When Art Took the Words Out of Your Mouth

A picture is worth a thousand words. But what if that picture is filled with words, already?

Artists pursue the optimal way of communicating a message; however for some, that’s actualised by language itself. Having survived a sort of semantic satiation test, the formalism of words in Conceptual art, demonstrates that these pieces are founded upon a different rigour of aesthetics. Now, it is language that has the ultimate significance. Art fucking gets us! So here are only a few times that art literally took the words out of our mouths!

Christopher Wool. If You. 1992.

Thanksgiving has just passed, a time when relatives overstay the invite more often than not. Merlot flowed heavily, and what began with; “I’m thankful for…”, has turned into timed debates about legislation on reproductive rights and immigration policy proposals. We all remember what happened to a ‘house divided’… Wool’s painting certainly struck a cord with someone, as it fetched $24 Million at Christie’s in 2014. This one is for you, hostess with the mostest!


Barbara Kruger. Untitled (I shop therefore I am). 1987.

Just in time to kick off the holiday shopping season!

Appropriated from Descartes’ philosophy, we think Kruger’s critique on consumerism in popular culture is more pertinent than ever before. The artist’s penetrative aesthetic has been ironically appropriated into the logo of streetwear king, Supreme. Her scope of influence prevails in one of W’s most iconic issues, where Kim K is venerated as front page material with the subversive branding of Kruger’s legacy. Which bares the question, “Is it Art?


Mark Titchner. The World Isn’t Working. 2013.

As a Turner Prize nominee, Titchner’s magnificent piece undoubtedly packs a powerful, political punch. It is an appropriation of Saatchi & Saatchi’s advertising campaign, “Labour isn’t Working” for the Conservative party in 1979. However, it's the artist’s reformulation and interpretation in a contemporary context that rings as an espousal of our collective sentiments.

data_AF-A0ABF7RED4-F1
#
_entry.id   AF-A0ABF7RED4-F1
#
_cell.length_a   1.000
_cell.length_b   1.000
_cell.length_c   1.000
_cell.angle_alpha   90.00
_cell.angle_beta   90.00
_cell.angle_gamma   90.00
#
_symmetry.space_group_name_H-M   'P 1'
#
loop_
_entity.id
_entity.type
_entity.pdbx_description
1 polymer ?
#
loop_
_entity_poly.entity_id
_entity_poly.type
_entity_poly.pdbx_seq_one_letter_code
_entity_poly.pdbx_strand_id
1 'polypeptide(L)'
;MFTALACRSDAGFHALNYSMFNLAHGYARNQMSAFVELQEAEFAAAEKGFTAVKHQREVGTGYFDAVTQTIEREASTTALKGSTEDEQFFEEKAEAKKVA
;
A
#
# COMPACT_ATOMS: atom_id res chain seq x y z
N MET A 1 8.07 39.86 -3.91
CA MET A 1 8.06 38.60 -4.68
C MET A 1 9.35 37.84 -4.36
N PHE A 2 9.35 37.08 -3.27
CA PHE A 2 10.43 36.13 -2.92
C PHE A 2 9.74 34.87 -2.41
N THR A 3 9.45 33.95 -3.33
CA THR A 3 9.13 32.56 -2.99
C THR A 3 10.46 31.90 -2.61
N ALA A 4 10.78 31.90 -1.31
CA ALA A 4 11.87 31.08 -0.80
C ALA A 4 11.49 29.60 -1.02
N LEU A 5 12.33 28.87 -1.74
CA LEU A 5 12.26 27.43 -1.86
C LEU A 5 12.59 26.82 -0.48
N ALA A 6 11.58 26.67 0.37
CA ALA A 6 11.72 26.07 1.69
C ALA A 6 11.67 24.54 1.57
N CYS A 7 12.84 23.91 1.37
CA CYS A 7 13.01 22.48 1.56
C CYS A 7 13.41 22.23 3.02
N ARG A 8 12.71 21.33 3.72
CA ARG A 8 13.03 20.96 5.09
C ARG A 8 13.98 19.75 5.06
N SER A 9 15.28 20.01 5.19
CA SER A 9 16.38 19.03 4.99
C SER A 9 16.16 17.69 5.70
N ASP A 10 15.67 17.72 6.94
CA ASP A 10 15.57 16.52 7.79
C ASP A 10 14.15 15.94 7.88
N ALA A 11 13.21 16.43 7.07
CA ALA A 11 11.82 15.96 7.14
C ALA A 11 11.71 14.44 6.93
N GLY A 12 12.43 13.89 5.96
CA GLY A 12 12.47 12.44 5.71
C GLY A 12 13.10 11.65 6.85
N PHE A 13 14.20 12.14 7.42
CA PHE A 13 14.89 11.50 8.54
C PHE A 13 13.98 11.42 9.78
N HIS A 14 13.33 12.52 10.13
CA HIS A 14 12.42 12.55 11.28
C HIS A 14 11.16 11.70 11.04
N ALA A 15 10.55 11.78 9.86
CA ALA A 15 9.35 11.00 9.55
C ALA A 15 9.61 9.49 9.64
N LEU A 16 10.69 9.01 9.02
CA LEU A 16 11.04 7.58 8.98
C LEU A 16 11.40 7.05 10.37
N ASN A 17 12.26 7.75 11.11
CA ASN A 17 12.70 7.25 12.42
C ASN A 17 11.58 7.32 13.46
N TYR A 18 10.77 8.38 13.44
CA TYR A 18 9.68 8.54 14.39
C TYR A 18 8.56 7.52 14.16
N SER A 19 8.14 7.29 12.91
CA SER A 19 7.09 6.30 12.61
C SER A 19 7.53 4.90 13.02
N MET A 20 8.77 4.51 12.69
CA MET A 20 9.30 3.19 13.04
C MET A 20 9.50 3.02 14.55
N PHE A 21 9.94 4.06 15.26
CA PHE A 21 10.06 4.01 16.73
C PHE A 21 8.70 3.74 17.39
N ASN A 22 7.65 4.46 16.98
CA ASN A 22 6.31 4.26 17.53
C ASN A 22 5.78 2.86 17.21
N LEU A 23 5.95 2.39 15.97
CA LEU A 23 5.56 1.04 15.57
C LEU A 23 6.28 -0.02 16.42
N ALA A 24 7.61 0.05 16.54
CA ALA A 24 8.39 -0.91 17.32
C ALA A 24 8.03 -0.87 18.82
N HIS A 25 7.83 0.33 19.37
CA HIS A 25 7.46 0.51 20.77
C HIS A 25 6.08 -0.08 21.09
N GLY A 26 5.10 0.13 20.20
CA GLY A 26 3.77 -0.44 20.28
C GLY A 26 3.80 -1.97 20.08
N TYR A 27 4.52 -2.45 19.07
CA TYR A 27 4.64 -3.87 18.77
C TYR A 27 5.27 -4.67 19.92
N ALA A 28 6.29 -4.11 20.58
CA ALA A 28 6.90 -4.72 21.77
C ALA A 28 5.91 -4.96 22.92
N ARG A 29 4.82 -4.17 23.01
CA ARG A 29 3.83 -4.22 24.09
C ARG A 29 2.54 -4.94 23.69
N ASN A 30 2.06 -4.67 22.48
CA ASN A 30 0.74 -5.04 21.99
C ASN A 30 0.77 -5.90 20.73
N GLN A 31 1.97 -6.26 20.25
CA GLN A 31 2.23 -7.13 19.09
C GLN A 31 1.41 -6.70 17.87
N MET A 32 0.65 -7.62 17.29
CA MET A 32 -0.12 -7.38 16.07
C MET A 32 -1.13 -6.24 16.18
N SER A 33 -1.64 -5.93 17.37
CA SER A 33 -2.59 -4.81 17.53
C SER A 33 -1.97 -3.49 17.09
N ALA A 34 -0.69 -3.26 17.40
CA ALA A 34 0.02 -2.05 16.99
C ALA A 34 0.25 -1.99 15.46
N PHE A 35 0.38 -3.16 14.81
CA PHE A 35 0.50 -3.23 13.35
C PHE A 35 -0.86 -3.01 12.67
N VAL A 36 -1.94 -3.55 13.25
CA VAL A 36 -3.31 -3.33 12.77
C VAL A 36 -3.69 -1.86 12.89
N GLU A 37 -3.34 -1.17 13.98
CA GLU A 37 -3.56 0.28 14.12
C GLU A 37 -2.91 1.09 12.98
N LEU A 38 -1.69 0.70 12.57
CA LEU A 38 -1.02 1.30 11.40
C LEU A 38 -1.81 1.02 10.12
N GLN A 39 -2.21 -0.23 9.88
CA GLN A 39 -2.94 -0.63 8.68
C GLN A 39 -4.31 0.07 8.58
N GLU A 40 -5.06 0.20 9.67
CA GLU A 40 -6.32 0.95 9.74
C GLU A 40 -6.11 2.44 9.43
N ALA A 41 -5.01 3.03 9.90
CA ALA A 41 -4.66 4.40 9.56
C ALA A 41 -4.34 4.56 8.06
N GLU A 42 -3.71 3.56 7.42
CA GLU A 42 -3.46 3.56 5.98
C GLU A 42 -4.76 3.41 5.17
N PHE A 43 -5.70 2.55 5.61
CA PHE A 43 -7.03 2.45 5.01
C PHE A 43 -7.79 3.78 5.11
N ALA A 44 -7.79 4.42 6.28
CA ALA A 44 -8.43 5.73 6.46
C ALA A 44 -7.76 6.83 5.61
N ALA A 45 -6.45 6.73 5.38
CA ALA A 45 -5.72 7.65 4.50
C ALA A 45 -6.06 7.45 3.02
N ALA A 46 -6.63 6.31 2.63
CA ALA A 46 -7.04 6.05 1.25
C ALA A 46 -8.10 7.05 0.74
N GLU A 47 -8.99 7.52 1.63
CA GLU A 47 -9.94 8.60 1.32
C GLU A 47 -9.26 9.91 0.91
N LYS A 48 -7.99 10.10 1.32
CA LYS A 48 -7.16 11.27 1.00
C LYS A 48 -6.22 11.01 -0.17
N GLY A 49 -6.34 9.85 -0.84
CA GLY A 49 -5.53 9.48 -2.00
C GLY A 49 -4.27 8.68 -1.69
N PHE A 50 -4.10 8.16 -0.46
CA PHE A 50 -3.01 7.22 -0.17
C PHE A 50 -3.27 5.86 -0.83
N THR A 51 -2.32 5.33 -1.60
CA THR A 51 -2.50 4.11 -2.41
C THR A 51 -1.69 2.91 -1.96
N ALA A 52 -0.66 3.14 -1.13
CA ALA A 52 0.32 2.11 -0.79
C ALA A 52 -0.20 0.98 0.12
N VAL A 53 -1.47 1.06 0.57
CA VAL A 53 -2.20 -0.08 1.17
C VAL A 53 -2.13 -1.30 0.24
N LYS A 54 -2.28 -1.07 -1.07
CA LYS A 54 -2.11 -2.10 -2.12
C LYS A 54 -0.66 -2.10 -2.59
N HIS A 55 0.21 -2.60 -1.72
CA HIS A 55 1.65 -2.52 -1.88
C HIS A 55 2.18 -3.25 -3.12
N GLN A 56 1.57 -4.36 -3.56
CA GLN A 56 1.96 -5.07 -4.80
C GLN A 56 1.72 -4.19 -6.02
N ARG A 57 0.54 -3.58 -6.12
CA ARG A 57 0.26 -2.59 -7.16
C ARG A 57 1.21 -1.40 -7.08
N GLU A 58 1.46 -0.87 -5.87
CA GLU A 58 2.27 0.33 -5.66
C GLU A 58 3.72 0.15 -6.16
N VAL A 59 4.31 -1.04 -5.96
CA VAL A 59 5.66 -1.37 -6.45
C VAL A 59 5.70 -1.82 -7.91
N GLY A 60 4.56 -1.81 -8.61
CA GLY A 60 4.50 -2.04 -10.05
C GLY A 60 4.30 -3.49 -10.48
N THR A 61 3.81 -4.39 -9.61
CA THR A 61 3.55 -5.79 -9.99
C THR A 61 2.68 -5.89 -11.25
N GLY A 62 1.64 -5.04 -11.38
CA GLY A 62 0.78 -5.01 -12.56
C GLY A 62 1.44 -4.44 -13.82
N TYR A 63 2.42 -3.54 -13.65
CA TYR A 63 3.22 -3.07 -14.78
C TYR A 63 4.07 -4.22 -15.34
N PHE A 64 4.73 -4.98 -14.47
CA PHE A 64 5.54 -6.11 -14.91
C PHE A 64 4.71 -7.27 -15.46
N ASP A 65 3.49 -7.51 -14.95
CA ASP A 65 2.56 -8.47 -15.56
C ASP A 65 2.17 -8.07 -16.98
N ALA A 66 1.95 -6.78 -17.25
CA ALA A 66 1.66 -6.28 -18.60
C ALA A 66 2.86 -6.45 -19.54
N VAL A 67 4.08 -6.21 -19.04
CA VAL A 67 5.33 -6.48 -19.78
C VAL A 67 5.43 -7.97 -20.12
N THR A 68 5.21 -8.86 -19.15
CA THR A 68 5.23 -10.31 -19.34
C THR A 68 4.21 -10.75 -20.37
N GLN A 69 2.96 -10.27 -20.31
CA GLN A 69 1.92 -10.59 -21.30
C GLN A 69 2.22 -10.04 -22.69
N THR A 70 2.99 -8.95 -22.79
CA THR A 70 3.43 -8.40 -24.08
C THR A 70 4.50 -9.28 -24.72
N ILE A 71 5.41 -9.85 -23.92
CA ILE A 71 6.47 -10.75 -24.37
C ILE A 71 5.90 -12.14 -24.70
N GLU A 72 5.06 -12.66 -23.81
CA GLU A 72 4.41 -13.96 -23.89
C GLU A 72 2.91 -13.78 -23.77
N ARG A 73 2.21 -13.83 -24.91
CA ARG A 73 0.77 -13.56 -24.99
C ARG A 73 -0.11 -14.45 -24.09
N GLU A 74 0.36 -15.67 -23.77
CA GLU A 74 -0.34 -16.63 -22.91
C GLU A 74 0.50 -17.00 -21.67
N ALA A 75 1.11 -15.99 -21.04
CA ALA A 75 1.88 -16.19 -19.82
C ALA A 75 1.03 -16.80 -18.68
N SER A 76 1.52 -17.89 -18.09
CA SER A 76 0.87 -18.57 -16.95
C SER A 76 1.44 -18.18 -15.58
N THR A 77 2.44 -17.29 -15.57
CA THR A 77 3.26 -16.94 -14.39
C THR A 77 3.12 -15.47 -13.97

When we’re confronted by the media’s report of our imminent end, Titchner’s work exclaims our modern, rebel yell: “THE WORLD ISN’T WORKING”!


Ed Ruscha. I Can’t Not Do That. 1998.

Well if this isn’t the motto that has spurred every millennial’s bad decision on a night out, kidding. Ruscha’s painting holds much more gravity in its message than opting for that next mix drink.

A considered placement of text on tonal background disenchants viewers with a seeming, negatively-charged censure. And though his placement of text over a cliché, mountainous backdrop might be likened to a motivational poster from your ground school days; intimate examination reveals that Rushca’s message is purely uplifting.


Jenny Holzer. Don’t Allow the Lucid Moment to Dissolve from Without End: New and Selected Poems by Adam Zagajewski. 2007.

Denounce complacency and “let the radiant thought last in stillness”.
Moments of raw clarity are hard to come by, and often their verity is petrifying. However the lucidity of these moments connects us to the present, and gives us direction to our desired future. Embrace these moments to remain humble and confident in your power and in your destiny.

“Don't allow the lucid moment to dissolve
On a hard dry substance
you have to engrave the truth”

- Adam Zagajewski


Alejandro Diaz. Unknown Artists at Unheard of Prices. 2006.

Here at PHOA ,we definitely empathise with Diaz. What remains a conundrum to us, is the ‘unheard of prices’. Owning art should not be a distant investment or unrealised dream; Love Art, Collect Art. Simple.

Which is precisely why, we sell affordable art online and in store. All of our artworks are highly collectable as they’re produced in controlled, limited editions of 30. Nothing should stop you from living your dreams. Don’t allow this lucid moment to dissolve!





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